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Main > Native American folktales > Fairy tale "Osseo, the Son of the Evening Star"

Osseo, the Son of the Evening Star

That spirit lives in the next lodge, being the small star you see on the left of mine, and he has always felt envious of my family because we had greater power, and especially that we had committed to us the care of the female world. He failed in many attempts to destroy your brothers and sisters-in-law, but succeeded at last in transforming yourself and your wife into decrepid old persons. You must be careful and not let the light of his beams fall on you, while you are here, for therein lies the power of his enchantment. A ray of light is the bow and arrow he uses."

Osseo lived happy and contented in the parental lodge, and in due time his wife presented him with a son, who grew up rapidly, and in the very likeness of Osseo himself. He was very quick and ready in learning every thing that was done in his grandfather's dominions, but he wished also to learn the art of hunting, for he had heard that this was a favorite pursuit below. To gratify him, his father made him a bow and arrows, and he then let the birds out of the cage that he might practice in shooting. In this pastime he soon became expert, and the very first day he brought down a bird; but when he went to pick it up, to his amazement it was a beautiful young woman, with the arrow sticking in her breast. It was one of his younger aunts.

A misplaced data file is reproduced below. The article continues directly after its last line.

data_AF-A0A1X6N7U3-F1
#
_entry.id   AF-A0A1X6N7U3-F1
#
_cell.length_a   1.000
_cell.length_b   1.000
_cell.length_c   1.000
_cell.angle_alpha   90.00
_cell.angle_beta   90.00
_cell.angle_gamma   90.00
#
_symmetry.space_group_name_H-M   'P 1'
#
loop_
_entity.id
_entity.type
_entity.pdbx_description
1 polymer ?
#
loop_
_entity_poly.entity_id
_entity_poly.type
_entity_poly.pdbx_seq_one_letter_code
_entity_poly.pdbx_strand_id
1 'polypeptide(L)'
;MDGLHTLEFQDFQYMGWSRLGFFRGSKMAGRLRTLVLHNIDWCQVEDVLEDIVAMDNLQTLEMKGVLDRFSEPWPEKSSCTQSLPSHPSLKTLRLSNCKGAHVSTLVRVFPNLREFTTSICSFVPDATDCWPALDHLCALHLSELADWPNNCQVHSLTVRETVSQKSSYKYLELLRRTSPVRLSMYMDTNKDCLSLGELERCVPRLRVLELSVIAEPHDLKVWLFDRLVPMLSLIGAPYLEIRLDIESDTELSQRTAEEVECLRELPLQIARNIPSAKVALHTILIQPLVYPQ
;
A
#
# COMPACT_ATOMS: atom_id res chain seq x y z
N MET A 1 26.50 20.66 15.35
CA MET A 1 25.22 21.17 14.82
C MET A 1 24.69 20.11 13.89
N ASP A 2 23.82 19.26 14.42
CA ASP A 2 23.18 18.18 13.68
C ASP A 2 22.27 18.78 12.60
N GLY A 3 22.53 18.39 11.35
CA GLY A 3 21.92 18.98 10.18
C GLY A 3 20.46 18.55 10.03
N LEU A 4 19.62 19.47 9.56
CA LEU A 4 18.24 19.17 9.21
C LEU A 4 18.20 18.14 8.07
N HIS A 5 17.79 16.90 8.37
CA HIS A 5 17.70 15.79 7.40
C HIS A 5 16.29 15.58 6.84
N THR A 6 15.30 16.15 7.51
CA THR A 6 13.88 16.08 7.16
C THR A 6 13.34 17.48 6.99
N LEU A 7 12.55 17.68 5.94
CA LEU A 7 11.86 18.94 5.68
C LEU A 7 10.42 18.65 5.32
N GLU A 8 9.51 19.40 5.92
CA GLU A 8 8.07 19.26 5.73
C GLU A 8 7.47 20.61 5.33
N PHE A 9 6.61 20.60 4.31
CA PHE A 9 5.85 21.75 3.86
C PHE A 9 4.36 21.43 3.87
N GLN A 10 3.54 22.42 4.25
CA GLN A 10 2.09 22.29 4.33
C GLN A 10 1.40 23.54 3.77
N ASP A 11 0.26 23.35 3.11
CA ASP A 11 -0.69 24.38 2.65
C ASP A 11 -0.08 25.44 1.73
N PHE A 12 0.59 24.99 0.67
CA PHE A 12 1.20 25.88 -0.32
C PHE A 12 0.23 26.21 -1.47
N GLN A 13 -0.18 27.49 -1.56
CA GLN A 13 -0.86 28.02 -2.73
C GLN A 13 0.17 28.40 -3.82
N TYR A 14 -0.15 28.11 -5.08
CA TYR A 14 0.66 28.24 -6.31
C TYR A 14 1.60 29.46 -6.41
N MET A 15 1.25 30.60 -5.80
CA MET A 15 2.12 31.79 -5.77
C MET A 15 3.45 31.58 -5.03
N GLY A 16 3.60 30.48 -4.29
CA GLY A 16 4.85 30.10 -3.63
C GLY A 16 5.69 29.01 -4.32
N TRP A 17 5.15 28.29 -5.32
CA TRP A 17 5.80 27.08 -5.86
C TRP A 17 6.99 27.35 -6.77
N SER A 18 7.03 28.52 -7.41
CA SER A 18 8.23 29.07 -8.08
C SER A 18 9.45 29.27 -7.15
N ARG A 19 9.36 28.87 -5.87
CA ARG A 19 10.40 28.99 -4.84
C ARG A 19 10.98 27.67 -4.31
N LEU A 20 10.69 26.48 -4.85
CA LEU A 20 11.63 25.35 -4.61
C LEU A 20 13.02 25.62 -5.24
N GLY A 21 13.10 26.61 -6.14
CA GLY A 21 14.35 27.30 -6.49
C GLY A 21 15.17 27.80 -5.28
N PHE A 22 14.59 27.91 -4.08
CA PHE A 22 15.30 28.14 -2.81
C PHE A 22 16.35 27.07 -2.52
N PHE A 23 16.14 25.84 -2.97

The moment her blood fell upon the surface of that pure and spotless planet, the charm was dissolved. The boy immediately found himself sinking, although he was partly upheld by something like wings until he passed through the lower clouds, and he then suddenly dropped upon a high, breezy island in a large lake. He was pleased, on looking up, to see all his aunts and uncles following him in the form of birds, and he soon discovered the silver lodge, with his father and mother, descending, with its waving tassels fluttering like so many insects' gilded wings. It rested on the loftiest cliffs of the island, and there they fixed their residence. They all resumed their natural shapes, but they were diminished to the size of fairies; and as a mark of homage to the King of the Evening Star, they never failed on every pleasant evening during the summer season to join hands and dance upon the top of the rocks.

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